As there is no widely-adopted consensus on indoor mapping, OpenLevelUp uses the two current ways of marking indoor objects: based on indoor=* and on buildingpart=*. However, to make indoor-related contributions easier, it's essential to have a good documentation. That's why this page explains how to map indoor data in a simple way, based on the Simple Indoor Tagging scheme. But as said before, it's not the only way, but it works and is simple to understand and to process.
In this tutorial, we state that you've already collected all the data about building, floors and rooms. This is focused on the way to indicate this data in OpenStreetMap, and make it clean enough for a good rendering in OpenLevelUp (but remember that we don't tag for the renderer).
The first thing to do is map the building you want to represent. This part is more standardized, based on the building=* tag and the Simple 3D Buildings scheme. Basically, you have to draw the area representing the building, and add the building=* tag. When this is done, you can start mapping the inside of the building.
Buildings are composed of several floors, and each floor has a lot of rooms, corridors, areas. These elements are named here indoor spaces. Every indoor space will be represented by an area. We must add a level=* value on every object, this indicate the floor inside the building where the space is located. Then, we indicate the kind of space we have:
- Rooms are spaces surrounded by walls, accessible by passing a door. A room has a specific function. These are marked with indoor=room.
- Corridors are spaces not surrounded by walls where people can walk from one room to another. A corridor hasn't any function, except to go from one point to another. These are marked with indoor=corridor.
- Areas are spaces not surrounded by walls, most of the time they are wider than rooms. They may have a function. These are marked with indoor=area.
Walls and doors
As said previously, some indoor spaces doesn't have walls. This definition allows to represent complex floors. When you use corridors and areas, you must add walls around (except on shared segments with rooms, because they already have walls). To do so, create ways with the indoor=wall tag (and the level=* tag, like every object).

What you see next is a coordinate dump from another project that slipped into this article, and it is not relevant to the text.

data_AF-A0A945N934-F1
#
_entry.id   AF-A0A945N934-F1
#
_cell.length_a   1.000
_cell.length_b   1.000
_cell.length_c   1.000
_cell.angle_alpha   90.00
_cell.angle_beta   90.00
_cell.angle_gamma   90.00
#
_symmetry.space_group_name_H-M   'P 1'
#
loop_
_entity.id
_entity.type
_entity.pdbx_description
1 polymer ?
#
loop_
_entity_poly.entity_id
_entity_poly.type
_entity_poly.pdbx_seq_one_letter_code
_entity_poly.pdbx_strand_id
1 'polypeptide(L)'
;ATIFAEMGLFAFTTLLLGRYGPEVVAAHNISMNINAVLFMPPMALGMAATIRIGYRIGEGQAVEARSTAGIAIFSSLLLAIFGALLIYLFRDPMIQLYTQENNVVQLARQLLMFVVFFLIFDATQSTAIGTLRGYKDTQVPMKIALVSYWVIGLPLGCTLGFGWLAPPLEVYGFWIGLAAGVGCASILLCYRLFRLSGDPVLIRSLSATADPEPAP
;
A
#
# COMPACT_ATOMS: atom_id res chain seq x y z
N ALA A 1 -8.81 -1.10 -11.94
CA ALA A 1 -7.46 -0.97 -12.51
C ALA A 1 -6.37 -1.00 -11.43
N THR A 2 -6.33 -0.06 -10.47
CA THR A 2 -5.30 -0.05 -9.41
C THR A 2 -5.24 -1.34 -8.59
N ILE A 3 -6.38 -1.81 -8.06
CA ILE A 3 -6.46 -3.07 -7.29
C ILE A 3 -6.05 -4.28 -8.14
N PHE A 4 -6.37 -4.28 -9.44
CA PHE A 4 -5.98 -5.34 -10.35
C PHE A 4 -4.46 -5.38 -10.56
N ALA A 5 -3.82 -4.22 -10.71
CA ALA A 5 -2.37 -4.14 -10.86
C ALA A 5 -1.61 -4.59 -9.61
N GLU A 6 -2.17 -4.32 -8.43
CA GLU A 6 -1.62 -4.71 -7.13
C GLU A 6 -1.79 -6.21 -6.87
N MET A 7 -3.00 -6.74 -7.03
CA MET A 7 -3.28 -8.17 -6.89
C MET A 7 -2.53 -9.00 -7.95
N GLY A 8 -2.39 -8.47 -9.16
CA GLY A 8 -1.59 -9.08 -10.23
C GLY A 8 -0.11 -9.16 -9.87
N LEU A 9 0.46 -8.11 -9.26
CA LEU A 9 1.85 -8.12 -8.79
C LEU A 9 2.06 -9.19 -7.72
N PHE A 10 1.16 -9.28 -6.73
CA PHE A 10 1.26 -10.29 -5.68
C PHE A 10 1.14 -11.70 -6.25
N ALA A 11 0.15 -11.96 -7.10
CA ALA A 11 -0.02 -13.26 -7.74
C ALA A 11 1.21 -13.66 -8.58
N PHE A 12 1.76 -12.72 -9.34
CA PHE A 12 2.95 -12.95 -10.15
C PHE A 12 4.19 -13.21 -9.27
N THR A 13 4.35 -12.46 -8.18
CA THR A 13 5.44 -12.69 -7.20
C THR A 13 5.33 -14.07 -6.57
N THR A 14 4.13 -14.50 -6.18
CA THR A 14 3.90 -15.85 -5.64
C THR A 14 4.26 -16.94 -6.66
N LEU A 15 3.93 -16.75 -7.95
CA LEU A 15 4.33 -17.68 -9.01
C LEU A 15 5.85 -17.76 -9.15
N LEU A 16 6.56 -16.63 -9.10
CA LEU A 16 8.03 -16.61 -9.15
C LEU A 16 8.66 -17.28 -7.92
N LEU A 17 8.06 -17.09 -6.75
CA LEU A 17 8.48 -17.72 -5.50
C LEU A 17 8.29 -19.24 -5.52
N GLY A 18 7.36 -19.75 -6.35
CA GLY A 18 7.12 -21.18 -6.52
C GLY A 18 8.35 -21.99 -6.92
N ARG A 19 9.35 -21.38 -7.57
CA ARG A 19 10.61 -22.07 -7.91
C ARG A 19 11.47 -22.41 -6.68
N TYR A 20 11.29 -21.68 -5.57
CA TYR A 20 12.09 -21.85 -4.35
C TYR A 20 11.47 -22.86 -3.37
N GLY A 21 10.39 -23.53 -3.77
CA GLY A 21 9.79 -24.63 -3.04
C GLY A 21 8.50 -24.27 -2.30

When you have added indoor spaces, it is interesting to add how to go from one to another using doors. To add a door, create a node on the shared segment of two indoor spaces and add door=* and level=* tags. For door which permits to enter the building from the outside, you may add entrance=*.
You can add more details on each indoor space. These tags may be interesting:
- name=* - The name of the room/area/corridor
- ref=* - Its reference/number (for example A007)
- room=* - Only for rooms, to precise its function (shop, laboratory, office, ...)
- access=* - Who is allowed to go to this space
- But also any amenity=*, shop=*, office=*... value
Connection between levels
Once each floor is represented, you may want to represent how to go from one to another, these are the connections between levels. These exists with stairs, escalators and elevators.
Elevators are simple to represent. You have to create a node or an area where it can be found and put the highway=elevator tag on it. Then add level=* tag, with semicolons separated values to mark the floors where the elevator is accessible. For example, an elevator which can be taken on floors 0, 1 and 3 will have level=0;1;3. For continuous ranges of levels, you can use a dash, for example level=0-3 will stop at levels 0, 1, 2 and 3.
For an elevator with two doors, you may add one node with door=sliding per entrance, and add on each of them the concerned levels with level=*. For example, an elevator which goes from floors 0 to 5, but the door on ground floor is different will be tagged as:
- Elevator: way with highway=elevator + level=0-5
- Door 1: node (on an elevator way segment) with door=sliding + level=0
- Door 2: node (on another elevator way segment) with door=sliding + level=1-5
Stairs and escalators
Stairs and escalators are represented using ways, and we add highway=steps tag (and conveying=* for escalators). The way itself must also have a level=* value, indicating the levels where it can be taken. Each node at the extremity of the way must be connected to an indoor space area segment, and have door=* and level=* tags. For stairs/escalators without doors at their extremities, use door=no.
Objects inside indoor spaces
When you're done adding all spaces and connections between levels, you may add the objects contained in each room/area. For these points of interest, just add the same tags as elsewhere, but don't forget to associate a level=* tag on every object you add. This makes possible to know on which floor it is located.